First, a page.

2. Cell phones are now common place.
  3. China and India have become significant economies.
  4. Global trade has greatly expanded.
  5. Nearly all other industrial societies have lowered their corporate rates.

The Five Elements of Reform

  1. Reduced Rates – The elimination of tax loopholes and subsidies will permit a reduction of the corporate tax rate from 35% to 28%.
  2. Manufacturing Incentives – The effective tax rate for manufacturing companies will be reduced to 25% through incentives.
  3. International Taxation System – Companies could pay penalties for shifting income overseas.
  4. Simplification – Small businesses would benefit from reduced complexity in the Tax Code.
  5. Revenue Neutrality – The reduced rates are achieved through eliminating various tax deductions.

Assessment

Treasury Secretary Geithner indicated that he plans to meet with Senate Finance Chair Max Baucus (D-MT) and House Ways and Means Chair Dave Camp (R-MI). He hopes that it will be possible to build a bipartisan consensus for corporate tax reform.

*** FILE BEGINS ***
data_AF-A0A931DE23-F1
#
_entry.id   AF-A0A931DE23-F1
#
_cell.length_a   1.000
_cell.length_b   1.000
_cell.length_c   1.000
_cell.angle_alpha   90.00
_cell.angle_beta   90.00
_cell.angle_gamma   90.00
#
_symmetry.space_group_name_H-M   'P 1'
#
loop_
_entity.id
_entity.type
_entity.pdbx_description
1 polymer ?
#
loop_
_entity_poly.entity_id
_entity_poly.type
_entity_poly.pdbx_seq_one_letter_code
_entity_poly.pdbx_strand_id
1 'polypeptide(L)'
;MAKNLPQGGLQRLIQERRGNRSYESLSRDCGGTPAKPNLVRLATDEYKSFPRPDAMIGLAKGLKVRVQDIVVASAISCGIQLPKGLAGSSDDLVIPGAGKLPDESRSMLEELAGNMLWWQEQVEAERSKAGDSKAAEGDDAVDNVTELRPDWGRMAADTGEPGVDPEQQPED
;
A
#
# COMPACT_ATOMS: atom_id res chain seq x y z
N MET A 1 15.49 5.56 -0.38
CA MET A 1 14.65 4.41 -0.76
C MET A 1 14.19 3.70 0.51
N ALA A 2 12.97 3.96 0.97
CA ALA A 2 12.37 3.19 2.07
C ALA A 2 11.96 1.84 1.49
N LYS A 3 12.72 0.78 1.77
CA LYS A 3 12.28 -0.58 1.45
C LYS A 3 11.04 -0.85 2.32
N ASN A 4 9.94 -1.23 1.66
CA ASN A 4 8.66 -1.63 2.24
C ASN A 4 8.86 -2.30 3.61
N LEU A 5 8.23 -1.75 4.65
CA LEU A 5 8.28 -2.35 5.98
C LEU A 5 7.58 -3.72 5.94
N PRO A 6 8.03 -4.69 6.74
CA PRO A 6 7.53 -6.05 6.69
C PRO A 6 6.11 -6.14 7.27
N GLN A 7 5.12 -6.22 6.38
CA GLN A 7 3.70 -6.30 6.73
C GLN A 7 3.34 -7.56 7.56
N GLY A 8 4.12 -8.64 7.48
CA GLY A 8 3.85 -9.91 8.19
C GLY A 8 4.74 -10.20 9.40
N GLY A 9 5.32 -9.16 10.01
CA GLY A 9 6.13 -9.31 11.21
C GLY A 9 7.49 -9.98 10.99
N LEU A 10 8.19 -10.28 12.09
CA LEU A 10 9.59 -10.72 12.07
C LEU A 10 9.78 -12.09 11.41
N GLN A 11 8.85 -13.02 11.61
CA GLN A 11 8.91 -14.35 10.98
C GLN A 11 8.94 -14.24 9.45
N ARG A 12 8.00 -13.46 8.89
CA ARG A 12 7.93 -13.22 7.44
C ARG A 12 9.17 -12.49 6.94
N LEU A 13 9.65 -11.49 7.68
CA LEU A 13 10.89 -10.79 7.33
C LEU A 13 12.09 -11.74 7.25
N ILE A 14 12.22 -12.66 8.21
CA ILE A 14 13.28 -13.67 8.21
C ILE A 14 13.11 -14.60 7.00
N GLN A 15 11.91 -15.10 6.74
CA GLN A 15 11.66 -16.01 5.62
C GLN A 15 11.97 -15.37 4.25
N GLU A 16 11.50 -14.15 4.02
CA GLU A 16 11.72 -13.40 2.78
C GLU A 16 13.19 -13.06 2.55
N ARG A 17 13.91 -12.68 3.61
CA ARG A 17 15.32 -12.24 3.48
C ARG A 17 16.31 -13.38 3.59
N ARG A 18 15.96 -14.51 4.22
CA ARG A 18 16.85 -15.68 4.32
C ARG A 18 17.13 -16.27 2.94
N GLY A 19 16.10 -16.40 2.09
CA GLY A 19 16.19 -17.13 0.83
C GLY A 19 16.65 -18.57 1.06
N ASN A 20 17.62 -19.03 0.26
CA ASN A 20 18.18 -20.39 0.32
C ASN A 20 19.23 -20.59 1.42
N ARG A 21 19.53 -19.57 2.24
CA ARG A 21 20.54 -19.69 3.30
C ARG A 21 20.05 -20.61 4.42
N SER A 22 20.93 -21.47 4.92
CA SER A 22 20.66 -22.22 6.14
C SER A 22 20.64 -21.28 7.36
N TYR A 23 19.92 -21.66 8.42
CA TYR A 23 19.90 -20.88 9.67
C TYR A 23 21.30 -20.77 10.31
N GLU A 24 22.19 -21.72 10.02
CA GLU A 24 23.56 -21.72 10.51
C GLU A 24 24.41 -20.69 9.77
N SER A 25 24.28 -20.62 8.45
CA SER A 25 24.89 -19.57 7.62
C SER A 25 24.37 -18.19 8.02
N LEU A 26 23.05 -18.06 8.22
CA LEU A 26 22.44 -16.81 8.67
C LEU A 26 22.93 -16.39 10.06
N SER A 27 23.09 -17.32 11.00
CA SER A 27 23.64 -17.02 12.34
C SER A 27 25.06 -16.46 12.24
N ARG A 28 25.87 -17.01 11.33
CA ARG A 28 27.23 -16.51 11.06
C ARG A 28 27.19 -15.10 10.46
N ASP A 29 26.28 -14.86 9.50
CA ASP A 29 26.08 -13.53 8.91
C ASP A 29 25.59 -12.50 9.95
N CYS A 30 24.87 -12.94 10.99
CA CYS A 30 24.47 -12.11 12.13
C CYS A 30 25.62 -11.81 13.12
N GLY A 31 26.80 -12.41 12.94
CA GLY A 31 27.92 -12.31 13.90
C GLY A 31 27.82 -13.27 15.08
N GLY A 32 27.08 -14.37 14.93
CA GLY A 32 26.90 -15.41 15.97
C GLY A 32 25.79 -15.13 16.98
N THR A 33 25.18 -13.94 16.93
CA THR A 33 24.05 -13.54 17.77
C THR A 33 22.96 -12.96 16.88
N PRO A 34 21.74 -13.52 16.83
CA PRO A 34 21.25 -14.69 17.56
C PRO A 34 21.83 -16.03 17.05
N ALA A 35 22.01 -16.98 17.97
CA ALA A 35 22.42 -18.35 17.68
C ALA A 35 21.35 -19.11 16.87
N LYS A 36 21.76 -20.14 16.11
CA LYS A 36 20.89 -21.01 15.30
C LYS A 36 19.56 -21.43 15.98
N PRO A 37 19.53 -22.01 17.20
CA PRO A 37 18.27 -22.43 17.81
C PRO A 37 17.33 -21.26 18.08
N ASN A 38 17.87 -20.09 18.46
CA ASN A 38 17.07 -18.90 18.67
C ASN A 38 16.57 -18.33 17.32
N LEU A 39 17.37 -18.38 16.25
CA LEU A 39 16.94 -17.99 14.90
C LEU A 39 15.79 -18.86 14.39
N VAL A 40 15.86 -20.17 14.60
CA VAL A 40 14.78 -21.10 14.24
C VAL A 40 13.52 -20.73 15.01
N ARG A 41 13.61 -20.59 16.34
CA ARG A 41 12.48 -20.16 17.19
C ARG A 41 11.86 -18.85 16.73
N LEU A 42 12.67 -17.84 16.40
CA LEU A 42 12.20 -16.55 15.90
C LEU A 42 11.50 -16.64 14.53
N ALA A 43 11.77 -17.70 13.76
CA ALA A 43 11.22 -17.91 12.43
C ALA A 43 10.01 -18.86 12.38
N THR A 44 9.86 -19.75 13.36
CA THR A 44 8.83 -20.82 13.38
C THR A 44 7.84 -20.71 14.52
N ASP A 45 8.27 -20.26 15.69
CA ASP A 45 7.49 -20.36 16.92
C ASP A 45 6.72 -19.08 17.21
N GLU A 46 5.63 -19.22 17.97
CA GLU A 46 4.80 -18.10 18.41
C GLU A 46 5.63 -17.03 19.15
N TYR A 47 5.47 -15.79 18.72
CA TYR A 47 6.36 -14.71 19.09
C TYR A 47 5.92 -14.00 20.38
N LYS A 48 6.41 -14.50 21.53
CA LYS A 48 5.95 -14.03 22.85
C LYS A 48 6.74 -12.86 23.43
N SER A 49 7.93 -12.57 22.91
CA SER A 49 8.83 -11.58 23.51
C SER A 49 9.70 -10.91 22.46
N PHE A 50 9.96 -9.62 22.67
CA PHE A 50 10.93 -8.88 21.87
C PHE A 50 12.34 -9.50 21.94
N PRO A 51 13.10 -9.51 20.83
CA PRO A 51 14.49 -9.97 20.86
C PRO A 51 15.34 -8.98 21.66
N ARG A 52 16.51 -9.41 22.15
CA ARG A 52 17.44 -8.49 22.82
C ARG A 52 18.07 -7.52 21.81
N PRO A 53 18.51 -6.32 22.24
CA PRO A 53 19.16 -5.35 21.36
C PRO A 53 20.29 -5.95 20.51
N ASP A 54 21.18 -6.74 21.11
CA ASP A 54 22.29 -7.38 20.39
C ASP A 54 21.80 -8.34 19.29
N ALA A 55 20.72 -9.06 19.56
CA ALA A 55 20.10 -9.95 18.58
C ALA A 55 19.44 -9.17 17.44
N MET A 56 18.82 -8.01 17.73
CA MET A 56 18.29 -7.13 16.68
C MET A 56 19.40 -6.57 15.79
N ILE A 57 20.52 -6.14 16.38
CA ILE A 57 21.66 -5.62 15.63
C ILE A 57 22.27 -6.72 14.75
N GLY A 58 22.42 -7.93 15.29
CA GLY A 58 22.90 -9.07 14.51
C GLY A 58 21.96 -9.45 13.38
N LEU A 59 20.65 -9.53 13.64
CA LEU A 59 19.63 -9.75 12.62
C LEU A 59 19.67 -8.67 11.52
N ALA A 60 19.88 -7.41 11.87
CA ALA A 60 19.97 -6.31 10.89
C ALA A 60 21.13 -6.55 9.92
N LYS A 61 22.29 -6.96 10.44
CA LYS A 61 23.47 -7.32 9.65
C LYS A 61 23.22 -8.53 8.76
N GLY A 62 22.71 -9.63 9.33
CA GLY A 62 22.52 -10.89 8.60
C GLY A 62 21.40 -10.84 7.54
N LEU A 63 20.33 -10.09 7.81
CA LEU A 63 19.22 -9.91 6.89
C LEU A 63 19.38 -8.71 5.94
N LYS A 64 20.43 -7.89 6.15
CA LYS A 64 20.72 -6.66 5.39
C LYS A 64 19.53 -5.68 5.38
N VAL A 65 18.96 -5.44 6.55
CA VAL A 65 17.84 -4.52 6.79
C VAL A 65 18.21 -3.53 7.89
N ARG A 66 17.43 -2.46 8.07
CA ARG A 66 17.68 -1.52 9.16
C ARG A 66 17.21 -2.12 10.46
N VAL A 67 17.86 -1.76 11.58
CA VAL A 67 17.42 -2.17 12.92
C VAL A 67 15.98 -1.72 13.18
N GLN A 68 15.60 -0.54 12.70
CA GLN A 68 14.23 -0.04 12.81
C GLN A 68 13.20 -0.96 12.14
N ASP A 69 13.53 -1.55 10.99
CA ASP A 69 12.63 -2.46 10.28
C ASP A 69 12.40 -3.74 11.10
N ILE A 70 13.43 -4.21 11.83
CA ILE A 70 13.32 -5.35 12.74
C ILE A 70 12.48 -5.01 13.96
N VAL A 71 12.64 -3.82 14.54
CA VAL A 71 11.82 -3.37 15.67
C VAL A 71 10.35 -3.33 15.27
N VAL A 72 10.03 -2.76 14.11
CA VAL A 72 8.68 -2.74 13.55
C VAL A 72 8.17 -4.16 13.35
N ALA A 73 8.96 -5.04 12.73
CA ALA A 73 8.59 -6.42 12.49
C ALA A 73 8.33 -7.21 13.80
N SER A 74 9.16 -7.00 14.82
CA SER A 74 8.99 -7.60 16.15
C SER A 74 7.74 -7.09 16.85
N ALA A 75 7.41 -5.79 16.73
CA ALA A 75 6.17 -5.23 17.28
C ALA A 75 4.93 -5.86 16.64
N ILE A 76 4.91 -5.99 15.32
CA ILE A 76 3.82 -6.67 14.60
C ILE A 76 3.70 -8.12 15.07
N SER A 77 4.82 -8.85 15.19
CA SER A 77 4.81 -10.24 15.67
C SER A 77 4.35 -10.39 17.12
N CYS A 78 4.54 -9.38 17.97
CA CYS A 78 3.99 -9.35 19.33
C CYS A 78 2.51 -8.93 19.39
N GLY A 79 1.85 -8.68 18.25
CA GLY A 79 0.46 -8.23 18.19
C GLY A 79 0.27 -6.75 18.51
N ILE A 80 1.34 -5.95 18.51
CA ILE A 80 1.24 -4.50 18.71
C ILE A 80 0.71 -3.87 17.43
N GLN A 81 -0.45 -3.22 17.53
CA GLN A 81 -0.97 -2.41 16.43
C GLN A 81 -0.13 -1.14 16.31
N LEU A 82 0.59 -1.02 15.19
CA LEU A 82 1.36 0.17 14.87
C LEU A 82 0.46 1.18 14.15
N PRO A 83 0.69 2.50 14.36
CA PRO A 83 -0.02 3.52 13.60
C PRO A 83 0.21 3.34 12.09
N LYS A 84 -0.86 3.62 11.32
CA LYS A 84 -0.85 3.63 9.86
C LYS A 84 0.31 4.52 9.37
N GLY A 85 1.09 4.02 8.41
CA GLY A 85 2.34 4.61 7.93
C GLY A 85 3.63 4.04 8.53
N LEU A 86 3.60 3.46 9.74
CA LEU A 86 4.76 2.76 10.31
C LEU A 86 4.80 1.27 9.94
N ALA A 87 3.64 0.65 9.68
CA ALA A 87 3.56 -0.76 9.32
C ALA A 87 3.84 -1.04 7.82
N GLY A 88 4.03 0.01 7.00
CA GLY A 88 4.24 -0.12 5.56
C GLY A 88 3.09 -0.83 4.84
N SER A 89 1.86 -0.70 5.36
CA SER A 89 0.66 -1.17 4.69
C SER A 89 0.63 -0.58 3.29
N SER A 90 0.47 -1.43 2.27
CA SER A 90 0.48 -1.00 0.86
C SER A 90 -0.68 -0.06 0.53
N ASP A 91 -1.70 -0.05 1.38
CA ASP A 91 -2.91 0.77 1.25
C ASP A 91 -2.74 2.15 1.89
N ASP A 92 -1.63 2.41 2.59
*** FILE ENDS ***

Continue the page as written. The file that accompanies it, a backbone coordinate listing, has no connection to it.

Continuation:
Editor’s Note: Sen. Baucus and Chairman Camp have been holding hearings and proposing corporate tax reform for the past year. With the White House announcement, that the President, the House and the Senate agree that there should be simplification and a lower corporate top rate. The challenge will come when the government grapples with the question of which major corporate deductions (such as bonus depreciation) will actually be removed in order to lower rates. Because of the magnitude of major tax reform, it is not likely that an actual bill could be passed before 2013.

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Is there an IRS Smart Phone App for Taxes?

Yep –  Now Doctors Can Get IRS2GO

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By Children’s Home Society of Florida Foundation